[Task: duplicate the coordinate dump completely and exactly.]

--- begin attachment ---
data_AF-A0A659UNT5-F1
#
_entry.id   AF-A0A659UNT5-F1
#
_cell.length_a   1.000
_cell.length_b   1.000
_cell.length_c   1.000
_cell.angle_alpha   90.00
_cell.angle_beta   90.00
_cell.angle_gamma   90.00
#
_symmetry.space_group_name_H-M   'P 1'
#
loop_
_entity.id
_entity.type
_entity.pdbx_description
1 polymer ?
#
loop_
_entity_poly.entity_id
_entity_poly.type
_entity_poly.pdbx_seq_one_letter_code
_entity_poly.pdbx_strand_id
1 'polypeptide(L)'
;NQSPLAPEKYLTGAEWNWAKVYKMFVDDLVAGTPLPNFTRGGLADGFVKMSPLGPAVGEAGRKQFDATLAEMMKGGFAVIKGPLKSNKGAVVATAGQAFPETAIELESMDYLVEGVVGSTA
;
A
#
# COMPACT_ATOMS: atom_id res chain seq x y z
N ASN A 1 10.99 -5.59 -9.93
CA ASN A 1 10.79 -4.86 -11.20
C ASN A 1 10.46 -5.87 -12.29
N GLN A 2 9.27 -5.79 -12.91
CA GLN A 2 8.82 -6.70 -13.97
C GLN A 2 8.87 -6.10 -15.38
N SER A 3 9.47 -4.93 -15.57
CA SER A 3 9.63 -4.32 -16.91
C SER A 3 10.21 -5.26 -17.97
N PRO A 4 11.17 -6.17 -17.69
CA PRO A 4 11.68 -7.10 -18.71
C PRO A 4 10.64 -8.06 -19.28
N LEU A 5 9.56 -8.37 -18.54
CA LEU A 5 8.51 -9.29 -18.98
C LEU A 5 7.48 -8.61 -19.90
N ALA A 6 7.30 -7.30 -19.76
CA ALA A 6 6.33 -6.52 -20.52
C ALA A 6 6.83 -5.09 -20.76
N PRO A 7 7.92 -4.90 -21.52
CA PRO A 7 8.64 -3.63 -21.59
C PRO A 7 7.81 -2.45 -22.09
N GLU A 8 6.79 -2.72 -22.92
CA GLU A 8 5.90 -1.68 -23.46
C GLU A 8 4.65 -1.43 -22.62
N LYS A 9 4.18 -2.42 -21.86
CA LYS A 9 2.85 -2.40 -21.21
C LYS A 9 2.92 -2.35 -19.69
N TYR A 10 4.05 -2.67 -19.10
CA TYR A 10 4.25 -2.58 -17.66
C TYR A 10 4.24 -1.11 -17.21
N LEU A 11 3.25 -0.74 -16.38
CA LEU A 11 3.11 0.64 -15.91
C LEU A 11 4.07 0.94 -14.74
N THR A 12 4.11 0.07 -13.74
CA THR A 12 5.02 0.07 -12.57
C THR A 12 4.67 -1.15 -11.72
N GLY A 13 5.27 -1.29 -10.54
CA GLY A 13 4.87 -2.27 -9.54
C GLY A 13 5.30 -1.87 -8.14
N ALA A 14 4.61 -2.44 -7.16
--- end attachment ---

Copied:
data_AF-A0A659UNT5-F1
#
_entry.id   AF-A0A659UNT5-F1
#
_cell.length_a   1.000
_cell.length_b   1.000
_cell.length_c   1.000
_cell.angle_alpha   90.00
_cell.angle_beta   90.00
_cell.angle_gamma   90.00
#
_symmetry.space_group_name_H-M   'P 1'
#
loop_
_entity.id
_entity.type
_entity.pdbx_description
1 polymer ?
#
loop_
_entity_poly.entity_id
_entity_poly.type
_entity_poly.pdbx_seq_one_letter_code
_entity_poly.pdbx_strand_id
1 'polypeptide(L)'
;NQSPLAPEKYLTGAEWNWAKVYKMFVDDLVAGTPLPNFTRGGLADGFVKMSPLGPAVGEAGRKQFDATLAEMMKGGFAVIKGPLKSNKGAVVATAGQAFPETAIELESMDYLVEGVVGSTA
;
A
#
# COMPACT_ATOMS: atom_id res chain seq x y z
N ASN A 1 10.99 -5.59 -9.93
CA ASN A 1 10.79 -4.86 -11.20
C ASN A 1 10.46 -5.87 -12.29
N GLN A 2 9.27 -5.79 -12.91
CA GLN A 2 8.82 -6.70 -13.97
C GLN A 2 8.87 -6.10 -15.38
N SER A 3 9.47 -4.93 -15.57
CA SER A 3 9.63 -4.32 -16.91
C SER A 3 10.21 -5.26 -17.97
N PRO A 4 11.17 -6.17 -17.69
CA PRO A 4 11.68 -7.10 -18.71
C PRO A 4 10.64 -8.06 -19.28
N LEU A 5 9.56 -8.37 -18.54
CA LEU A 5 8.51 -9.29 -18.98
C LEU A 5 7.48 -8.61 -19.90
N ALA A 6 7.30 -7.30 -19.76
CA ALA A 6 6.33 -6.52 -20.52
C ALA A 6 6.83 -5.09 -20.76
N PRO A 7 7.92 -4.90 -21.52
CA PRO A 7 8.64 -3.63 -21.59
C PRO A 7 7.81 -2.45 -22.09
N GLU A 8 6.79 -2.72 -22.92
CA GLU A 8 5.90 -1.68 -23.46
C GLU A 8 4.65 -1.43 -22.62
N LYS A 9 4.18 -2.42 -21.86
CA LYS A 9 2.85 -2.40 -21.21
C LYS A 9 2.92 -2.35 -19.69
N TYR A 10 4.05 -2.67 -19.10
CA TYR A 10 4.25 -2.58 -17.66
C TYR A 10 4.24 -1.11 -17.21
N LEU A 11 3.25 -0.74 -16.38
CA LEU A 11 3.11 0.64 -15.91
C LEU A 11 4.07 0.94 -14.74
N THR A 12 4.11 0.07 -13.74
CA THR A 12 5.02 0.07 -12.57
C THR A 12 4.67 -1.15 -11.72
N GLY A 13 5.27 -1.29 -10.54
CA GLY A 13 4.87 -2.27 -9.54
C GLY A 13 5.30 -1.87 -8.14
N ALA A 14 4.61 -2.44 -7.16